- Introduce interesting toys (such as food-filled chews) to your dog when you’re at home. Lengthen the time your dog has access to these ‘special’ toys while you gradually move away to other parts of your home. The benefits of this are twofold; your dog’s focus is directed away from you, and the action of chewing is something that relaxes most dogs.
If your dog is particularly attached to one person, it’s a good idea to share the load of their daily care. This helps your dog to feel secure even when their favourite pack member isn’t at home. Ask other family members to become involved with your dog’s feeding, walking, snuggling and playtimes. Your dog will gradually learn to feel safe with whoever they’re spending time with. How else can we help our dogs adapt to life after lockdown?
Studies have shown that the amount of daily exercise your dog gets is the biggest environmental factor impacting whether a dog will suffer from separation anxiety. With this in mind, try taking your pooch out for a walk before you plan to go out and feed them a small meal from their daily allowance when you get back. After their walk and a meal, they’ll generally be more settled and inclined to relax. But if you plan to increase your dog’s daily exercise after the lockdown has ended, make sure you do so gradually. We’ll all be trying to lose our lockdown-pounds and increasing the amount of exercise we do is a great way to achieve this. Make sure you and your dog take things slowly to avoid injuring body parts which haven’t been used for a while!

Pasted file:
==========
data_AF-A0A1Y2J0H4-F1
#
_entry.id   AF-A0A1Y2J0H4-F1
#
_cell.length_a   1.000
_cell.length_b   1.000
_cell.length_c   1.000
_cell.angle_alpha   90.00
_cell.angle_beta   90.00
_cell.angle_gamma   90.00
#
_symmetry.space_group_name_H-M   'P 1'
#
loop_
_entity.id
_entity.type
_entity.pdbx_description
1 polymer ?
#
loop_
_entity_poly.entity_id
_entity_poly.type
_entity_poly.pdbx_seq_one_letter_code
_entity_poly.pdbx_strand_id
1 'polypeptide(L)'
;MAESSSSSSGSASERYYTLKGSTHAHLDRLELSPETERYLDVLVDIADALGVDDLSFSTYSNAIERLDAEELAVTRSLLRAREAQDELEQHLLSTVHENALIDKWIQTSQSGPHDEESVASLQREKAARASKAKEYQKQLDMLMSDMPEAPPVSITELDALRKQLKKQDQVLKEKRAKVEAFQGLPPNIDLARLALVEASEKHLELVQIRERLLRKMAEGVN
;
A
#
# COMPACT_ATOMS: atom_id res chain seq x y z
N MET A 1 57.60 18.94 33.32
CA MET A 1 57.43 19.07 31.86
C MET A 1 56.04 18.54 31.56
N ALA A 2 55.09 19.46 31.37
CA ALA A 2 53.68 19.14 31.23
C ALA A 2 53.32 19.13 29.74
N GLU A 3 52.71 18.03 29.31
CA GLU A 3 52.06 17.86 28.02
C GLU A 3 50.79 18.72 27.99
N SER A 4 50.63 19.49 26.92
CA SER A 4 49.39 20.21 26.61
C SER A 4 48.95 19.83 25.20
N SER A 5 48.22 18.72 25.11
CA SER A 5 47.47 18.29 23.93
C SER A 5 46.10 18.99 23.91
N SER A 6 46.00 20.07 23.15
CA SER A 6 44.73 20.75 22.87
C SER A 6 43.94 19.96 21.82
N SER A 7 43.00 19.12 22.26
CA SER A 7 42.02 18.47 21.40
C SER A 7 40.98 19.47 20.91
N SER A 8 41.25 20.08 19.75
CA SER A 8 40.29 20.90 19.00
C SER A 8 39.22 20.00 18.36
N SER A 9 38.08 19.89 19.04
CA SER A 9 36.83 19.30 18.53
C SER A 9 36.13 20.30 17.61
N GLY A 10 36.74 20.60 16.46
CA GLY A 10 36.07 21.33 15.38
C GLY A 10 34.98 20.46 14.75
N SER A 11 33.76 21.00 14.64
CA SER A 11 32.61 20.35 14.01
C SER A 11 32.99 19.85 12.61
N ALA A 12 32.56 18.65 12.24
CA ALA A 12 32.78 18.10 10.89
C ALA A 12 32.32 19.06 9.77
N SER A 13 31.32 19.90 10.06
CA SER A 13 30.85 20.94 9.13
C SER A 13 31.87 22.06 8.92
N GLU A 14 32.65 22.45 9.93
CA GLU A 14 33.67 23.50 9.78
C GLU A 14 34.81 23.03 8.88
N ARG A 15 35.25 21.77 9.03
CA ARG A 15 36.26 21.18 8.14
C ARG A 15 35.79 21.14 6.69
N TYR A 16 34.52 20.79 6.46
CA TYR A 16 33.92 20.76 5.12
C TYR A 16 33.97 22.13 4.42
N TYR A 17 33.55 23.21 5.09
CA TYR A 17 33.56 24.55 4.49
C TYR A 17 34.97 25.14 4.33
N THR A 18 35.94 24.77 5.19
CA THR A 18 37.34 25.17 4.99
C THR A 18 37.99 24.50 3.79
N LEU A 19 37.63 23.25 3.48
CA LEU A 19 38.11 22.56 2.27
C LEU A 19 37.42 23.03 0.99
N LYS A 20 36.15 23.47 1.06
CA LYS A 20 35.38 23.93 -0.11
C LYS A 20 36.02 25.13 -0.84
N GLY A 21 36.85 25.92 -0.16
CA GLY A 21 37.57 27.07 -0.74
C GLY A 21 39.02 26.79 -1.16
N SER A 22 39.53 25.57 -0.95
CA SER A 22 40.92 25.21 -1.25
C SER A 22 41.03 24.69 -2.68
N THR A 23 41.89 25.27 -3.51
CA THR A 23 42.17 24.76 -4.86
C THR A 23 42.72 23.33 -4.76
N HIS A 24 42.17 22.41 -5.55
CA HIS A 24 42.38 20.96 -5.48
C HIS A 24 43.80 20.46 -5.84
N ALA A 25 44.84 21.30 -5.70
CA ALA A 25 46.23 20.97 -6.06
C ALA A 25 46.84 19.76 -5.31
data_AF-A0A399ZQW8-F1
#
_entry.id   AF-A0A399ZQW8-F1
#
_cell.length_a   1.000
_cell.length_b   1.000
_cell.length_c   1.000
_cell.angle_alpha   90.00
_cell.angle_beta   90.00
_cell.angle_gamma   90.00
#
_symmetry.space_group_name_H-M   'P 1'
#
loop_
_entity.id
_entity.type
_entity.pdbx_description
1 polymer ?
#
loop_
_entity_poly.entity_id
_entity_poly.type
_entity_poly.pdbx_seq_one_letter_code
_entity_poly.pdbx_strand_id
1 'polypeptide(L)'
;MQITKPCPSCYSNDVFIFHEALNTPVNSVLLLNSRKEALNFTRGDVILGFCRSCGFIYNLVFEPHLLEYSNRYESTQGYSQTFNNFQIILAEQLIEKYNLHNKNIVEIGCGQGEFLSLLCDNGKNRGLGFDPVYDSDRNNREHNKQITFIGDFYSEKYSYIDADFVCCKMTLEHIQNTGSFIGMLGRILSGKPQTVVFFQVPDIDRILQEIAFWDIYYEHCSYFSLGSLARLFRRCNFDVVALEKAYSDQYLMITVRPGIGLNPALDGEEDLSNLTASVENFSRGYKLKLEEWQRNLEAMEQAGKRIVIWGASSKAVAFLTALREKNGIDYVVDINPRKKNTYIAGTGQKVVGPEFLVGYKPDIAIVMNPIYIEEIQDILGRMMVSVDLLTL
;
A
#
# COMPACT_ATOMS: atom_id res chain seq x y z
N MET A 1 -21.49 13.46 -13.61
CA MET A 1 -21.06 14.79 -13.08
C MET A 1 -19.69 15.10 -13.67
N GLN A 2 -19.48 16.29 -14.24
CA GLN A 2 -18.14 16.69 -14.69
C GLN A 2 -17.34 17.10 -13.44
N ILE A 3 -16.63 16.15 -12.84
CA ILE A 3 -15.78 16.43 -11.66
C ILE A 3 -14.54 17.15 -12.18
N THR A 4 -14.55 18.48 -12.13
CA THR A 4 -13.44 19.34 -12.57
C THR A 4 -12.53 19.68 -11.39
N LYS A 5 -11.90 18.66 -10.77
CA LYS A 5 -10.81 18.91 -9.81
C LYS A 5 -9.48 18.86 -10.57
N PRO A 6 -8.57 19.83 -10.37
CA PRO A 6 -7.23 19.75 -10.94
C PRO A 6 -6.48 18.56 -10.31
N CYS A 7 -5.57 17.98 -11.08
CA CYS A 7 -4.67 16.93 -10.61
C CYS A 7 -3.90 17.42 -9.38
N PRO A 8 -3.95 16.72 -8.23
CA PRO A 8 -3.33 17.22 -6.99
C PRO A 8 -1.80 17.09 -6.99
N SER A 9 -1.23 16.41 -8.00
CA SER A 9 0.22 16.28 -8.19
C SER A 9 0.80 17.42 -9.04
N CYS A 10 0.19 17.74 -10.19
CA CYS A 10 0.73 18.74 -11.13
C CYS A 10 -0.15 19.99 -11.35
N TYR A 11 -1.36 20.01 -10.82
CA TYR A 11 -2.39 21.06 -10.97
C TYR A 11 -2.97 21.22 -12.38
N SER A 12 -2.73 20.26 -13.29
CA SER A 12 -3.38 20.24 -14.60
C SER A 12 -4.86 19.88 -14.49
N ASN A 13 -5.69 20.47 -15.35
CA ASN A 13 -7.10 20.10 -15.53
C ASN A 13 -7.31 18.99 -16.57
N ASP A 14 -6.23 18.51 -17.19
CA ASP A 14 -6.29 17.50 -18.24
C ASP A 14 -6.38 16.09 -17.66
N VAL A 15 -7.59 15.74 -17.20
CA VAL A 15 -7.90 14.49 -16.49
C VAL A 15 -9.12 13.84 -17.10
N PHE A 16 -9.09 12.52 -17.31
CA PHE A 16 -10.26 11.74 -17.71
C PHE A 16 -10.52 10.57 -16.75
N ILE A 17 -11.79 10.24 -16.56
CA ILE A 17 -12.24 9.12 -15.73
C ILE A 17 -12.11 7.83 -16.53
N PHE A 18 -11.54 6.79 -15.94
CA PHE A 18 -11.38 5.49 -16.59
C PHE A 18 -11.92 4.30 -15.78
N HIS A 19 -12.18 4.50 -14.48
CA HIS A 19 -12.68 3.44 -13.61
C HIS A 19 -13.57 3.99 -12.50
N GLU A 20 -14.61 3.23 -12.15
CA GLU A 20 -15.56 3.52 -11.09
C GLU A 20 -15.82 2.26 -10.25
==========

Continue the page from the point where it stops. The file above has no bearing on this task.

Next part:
Your dog’s sense of smell is 40 times greater than yours, so it’s no surprise that comforting smells can make the world of difference. It’s the same reason breeders send a puppy to their new home with a blanket that has the smell of their mother and littermates. If your dog is missing you, try leaving out some of your dirty laundry – they will find the smell comforting and it will help them relax.
Create a safe space
It’s important that your dog has a safe space that they can go to, away from distractions. Make sure they have a comfy bed or covered den that is theirs, and ensure that they are never disturbed whilst they are in there. Encourage them to use it by placing puzzle toys or chews in there, particularly whilst you are busy around the house. This will teach them that it is a safe and rewarding place to be why you are busy or when they are alone.